==== This Issue Sponsored By ====
Shavlik: Free Security Patch Management Software
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1. In Focus: How Microsoft Manages Its Security
- Attend Black Hat Briefings 2004
- Order Windows & .NET Magazine and the Article Archive CD at One Low Rate!
3. Security News and Features
- Recent Security Vulnerabilities
- News: Congress Passes Antispam Bill
- Feature: Enterprise Patch Management for Windows
4. Security Toolkit
- Virus Center
- Virus Alerts: Sysbug.A, Randex.BF
- FAQ: How can I back up the Microsoft IIS Metabase in Windows 2000 and later?
- Featured Thread: Security+ Certification
- Receive a Free Identity Management White Paper!
6. New and Improved
- Keep Passwords Secure
- Scan and Audit Your Network Security
- Tell Us About a Hot Product and Get a T-Shirt
7. Contact Us
See this section for a list of ways to contact us.
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==== 1. In Focus: How Microsoft Manages Its Security ====
by Mark Joseph Edwards, News Editor, [email protected]
I'm sure most of you regularly look for ways to improve the security of your networks. Sometimes learning how other organizations manage their security lends insight into ways you could tweak your own methods. Last week, Microsoft released the document "Security at Microsoft," which explains how the company manages its IT security.
The entire document is interesting; however, you might find some sections more interesting than others. For example, Microsoft explains that to secure its perimeter, it uses smart cards for remote access, customized profiles, and scripts to check the configuration of remote computers for security policy compliance.
The company has more than 4000 wireless Access Points (APs) around the world that let approximately 31,000 employees connect to the network. Each wireless client must be authenticated using 802.1x protocols, Extensible Authentication Protocol (EAP), Transport Layer Security (TLS), and certificates. All wireless connections are encrypted, and wireless clients are periodically reauthenticated during connectivity sessions. Rogue APs are prohibited, and the security group scans for such devices.
As a software manufacturer, Microsoft maintains several specialized networks, including development networks, test networks, and of course support networks. These networks have different requirements for security policies and controls, so the company doesn't have a simple blanket policy for all its networks. Security is more stringent in some network areas than in others.
Some other interesting tidbits you'll learn when you read the document are that each month, Microsoft experiences some 100,000 intrusion attempts and quarantines more than 125,000 email messages that contain viruses and the like. I'm not sure how much junk mail the company filters out each month, but I'd guess the figure is well into the millions of messages.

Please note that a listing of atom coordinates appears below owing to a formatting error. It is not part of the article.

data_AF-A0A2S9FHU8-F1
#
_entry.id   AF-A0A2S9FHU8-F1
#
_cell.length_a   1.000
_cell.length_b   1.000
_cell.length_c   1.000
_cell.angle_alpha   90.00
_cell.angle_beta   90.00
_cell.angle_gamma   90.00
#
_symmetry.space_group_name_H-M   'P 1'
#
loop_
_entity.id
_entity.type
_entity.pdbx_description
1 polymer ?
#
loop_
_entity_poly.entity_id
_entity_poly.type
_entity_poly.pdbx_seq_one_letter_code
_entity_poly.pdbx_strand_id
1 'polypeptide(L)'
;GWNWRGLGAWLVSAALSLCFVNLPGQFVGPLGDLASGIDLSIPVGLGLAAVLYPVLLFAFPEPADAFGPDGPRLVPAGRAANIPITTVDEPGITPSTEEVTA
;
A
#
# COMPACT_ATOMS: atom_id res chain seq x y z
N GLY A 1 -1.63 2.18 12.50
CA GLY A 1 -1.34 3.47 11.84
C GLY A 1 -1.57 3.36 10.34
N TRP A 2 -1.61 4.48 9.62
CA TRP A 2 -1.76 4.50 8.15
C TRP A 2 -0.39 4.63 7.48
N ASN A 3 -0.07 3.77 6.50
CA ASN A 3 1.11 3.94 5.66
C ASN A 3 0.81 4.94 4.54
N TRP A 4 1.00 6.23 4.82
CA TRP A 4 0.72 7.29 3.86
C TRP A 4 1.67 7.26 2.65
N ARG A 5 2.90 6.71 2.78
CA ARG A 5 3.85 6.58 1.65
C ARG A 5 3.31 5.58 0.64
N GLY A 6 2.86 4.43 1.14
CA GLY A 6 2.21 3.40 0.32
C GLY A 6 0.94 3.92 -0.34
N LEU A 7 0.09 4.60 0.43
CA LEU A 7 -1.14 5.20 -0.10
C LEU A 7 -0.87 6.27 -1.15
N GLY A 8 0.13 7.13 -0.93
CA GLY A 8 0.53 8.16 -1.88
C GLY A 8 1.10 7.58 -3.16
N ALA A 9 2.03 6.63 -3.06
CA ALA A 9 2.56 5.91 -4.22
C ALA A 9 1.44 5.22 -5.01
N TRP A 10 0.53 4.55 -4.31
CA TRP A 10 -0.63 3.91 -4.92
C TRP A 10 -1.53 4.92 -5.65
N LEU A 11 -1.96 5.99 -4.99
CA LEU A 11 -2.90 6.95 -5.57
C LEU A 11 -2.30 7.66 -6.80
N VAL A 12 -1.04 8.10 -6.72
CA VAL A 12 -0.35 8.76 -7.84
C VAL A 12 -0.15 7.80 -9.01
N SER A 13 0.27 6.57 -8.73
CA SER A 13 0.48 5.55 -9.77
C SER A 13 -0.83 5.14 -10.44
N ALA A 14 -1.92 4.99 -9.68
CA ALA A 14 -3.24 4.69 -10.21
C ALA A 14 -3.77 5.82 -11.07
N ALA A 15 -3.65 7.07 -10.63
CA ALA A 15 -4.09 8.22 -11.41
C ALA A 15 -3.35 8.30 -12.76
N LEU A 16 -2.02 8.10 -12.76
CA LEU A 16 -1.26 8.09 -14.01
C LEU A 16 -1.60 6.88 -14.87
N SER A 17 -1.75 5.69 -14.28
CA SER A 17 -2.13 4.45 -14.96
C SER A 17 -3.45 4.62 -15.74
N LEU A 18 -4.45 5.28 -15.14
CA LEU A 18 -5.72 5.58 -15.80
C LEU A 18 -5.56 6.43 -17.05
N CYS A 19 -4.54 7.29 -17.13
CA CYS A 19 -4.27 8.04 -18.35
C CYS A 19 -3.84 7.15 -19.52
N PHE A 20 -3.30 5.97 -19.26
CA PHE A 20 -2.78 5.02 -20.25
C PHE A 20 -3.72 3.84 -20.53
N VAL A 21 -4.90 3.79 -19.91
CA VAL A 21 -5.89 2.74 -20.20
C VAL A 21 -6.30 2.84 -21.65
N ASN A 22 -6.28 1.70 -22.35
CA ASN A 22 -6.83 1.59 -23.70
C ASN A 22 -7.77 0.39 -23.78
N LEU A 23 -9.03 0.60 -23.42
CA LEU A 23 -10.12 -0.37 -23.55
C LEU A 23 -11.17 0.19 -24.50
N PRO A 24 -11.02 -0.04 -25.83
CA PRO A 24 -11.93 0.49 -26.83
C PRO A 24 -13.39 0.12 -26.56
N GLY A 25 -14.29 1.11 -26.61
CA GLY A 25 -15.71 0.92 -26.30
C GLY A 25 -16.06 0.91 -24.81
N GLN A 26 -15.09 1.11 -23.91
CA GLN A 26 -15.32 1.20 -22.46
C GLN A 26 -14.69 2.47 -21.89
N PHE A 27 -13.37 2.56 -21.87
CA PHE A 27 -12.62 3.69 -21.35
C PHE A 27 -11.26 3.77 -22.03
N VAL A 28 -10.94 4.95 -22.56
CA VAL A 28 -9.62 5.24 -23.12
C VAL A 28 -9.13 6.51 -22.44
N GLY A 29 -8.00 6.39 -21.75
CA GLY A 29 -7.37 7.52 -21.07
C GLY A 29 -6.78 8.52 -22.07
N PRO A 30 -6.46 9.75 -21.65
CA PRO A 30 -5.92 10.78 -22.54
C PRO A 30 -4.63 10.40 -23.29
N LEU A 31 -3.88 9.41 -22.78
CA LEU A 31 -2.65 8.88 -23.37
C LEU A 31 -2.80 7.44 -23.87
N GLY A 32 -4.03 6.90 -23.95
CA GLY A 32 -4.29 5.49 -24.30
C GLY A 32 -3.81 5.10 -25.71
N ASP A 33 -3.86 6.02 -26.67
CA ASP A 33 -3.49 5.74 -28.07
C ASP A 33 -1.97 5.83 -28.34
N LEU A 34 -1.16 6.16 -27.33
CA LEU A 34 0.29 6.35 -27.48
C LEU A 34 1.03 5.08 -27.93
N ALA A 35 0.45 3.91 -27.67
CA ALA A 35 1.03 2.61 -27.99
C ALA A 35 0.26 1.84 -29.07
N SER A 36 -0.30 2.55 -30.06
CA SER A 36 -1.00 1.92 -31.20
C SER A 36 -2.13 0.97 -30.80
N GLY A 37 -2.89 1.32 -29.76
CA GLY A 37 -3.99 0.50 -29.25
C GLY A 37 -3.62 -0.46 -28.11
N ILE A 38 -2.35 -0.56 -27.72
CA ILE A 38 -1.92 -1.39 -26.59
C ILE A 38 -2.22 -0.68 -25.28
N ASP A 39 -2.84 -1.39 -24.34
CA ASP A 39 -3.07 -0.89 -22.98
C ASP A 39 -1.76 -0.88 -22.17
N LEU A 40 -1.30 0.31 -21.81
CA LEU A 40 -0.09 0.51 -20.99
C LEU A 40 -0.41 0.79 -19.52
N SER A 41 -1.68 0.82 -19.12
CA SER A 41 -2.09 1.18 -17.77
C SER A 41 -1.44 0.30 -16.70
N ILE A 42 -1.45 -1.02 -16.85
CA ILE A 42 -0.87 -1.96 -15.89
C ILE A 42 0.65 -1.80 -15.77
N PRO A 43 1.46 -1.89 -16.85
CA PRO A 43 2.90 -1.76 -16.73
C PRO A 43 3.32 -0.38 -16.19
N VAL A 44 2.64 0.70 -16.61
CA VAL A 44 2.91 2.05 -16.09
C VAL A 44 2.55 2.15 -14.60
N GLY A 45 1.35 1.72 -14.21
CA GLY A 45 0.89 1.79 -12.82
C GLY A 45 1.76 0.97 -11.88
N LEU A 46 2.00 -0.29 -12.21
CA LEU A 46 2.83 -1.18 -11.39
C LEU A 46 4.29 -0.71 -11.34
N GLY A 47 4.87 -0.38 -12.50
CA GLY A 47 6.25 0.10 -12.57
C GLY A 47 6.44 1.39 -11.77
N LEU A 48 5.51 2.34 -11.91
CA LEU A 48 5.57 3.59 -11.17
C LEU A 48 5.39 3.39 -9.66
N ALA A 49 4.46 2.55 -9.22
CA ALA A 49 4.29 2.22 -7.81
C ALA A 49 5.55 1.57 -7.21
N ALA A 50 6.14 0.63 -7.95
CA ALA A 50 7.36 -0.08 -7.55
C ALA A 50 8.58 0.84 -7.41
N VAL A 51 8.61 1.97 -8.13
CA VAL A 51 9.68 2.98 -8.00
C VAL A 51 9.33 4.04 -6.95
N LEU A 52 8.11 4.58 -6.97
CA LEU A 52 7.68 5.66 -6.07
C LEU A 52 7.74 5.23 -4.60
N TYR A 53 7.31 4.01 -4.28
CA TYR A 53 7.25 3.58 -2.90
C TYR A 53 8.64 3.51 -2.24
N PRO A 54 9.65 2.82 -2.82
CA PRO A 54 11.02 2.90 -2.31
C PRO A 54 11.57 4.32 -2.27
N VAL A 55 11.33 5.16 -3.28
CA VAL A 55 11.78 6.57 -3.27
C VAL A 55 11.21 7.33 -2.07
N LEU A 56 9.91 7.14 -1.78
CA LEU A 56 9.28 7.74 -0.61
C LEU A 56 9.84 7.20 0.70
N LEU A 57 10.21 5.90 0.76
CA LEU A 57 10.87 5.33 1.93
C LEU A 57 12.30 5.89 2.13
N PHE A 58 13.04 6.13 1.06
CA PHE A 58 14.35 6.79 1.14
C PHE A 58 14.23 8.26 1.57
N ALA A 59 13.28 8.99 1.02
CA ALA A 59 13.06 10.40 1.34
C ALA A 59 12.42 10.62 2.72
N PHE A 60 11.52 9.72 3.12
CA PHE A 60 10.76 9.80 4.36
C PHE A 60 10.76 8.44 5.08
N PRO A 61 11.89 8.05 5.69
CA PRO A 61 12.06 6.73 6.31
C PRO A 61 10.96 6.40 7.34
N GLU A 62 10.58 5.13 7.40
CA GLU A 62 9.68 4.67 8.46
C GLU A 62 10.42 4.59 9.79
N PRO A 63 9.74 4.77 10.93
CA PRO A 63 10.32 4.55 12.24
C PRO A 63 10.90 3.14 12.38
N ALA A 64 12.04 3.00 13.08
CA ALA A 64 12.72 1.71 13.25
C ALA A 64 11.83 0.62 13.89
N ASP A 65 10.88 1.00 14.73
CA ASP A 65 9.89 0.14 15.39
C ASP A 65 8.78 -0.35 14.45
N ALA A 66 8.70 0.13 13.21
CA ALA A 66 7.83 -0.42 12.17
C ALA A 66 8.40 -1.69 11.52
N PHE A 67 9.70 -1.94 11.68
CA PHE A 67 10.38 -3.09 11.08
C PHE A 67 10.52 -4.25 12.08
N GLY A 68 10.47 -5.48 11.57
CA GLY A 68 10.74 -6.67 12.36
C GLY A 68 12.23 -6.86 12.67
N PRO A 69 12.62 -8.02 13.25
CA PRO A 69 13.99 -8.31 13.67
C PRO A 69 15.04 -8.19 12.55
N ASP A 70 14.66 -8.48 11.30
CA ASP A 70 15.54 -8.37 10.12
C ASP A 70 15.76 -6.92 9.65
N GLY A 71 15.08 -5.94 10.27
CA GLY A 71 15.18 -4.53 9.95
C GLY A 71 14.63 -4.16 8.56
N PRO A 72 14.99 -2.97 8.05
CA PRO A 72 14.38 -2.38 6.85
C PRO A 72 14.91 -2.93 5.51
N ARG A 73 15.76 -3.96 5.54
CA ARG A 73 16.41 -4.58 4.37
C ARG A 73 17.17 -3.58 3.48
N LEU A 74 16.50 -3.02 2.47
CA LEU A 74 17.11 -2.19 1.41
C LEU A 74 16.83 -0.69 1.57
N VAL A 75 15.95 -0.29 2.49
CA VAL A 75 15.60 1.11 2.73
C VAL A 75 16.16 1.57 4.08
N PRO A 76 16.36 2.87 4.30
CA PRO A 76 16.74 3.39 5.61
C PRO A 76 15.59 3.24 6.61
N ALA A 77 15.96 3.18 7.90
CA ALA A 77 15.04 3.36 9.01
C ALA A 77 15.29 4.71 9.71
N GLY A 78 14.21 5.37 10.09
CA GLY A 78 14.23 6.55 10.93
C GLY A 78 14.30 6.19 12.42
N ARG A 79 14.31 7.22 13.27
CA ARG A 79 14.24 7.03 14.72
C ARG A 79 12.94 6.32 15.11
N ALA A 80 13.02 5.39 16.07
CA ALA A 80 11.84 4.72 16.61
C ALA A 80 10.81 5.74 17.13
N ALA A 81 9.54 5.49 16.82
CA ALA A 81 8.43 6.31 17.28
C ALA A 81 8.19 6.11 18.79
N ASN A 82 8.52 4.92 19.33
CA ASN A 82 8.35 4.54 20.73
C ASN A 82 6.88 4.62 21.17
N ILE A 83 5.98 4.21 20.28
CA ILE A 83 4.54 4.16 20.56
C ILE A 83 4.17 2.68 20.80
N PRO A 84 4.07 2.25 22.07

You can find "Security at Microsoft" at the URL below. Be sure to check it out. You might find some ideas that you can use to better protect your own networks.
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==== 2. Announcements ====
(from Windows & .NET Magazine and its partners)
Attend Black Hat Briefings 2004
Black Hat Windows Security 2004 Briefings & Training is January 27-30, 2004, in Seattle. This is the world's premier Windows IT security event. Discover solutions to all of the current worm, virus, and attack threats. Come for six tracks and eight 2-day training sessions. Register today!
Order Windows & .NET Magazine and the Article Archive CD at One Low Rate!
What's better than Windows & .NET Magazine? Try Windows & .NET Magazine and the Windows & .NET Magazine Article Archive CD at one super low rate. Read Windows & .NET Magazine in the office. Take the Article Archive CD with you on the road. Subscribe now!
==== Sponsor: Virus Update from Panda Software ====
Check for the latest anti-virus information and tools, including weekly virus reports, virus forecasts, and virus prevention tips, at Panda Software's Center for Virus Control.
Viruses routinely infect "fully protected" networks. Is total protection possible? Find answers in the free guide HOW TO KEEP YOUR COMPANY 100% VIRUS FREE from Panda Software. Learn how viruses enter networks, what they do, and the most effective weapons to combat them. Protect your network effectively and permanently - download today!
==== 3. Security News and Features ====
Recent Security Vulnerabilities
If you subscribe to this newsletter, you also receive Security Alerts, which inform you about recently discovered security vulnerabilities. You can also find information about these discoveries at
News: Congress Passes Antispam Bill
The US House of Representatives has passed the first bill designed to protect US consumers from spam, paving the way for President George W. Bush to sign the bill into law by the end of the year. The bill, which passed by a 392 to 5 vote, is similar to the CAN-SPAM legislation that the US Senate approved last month by a vote of 97 to 0. If accepted as law, the bills will prohibit senders of unsolicited email from disguising their identities and harvesting email addresses from the Web and require them to let recipients opt out of future mass mailings.
Feature: Enterprise Patch Management for Windows
Given the ever-increasing threats from hackers, viruses, and Internet-based worms, patch management has become a crucial component of enterprise security. Mark Burnett and his associates tested seven patch-management products to determine their suitability for managing a Windows-based enterprise network. The products tested aren't the only patch-management programs available, but they provide a good overview of the field. Read our lab report to see how well each product performed.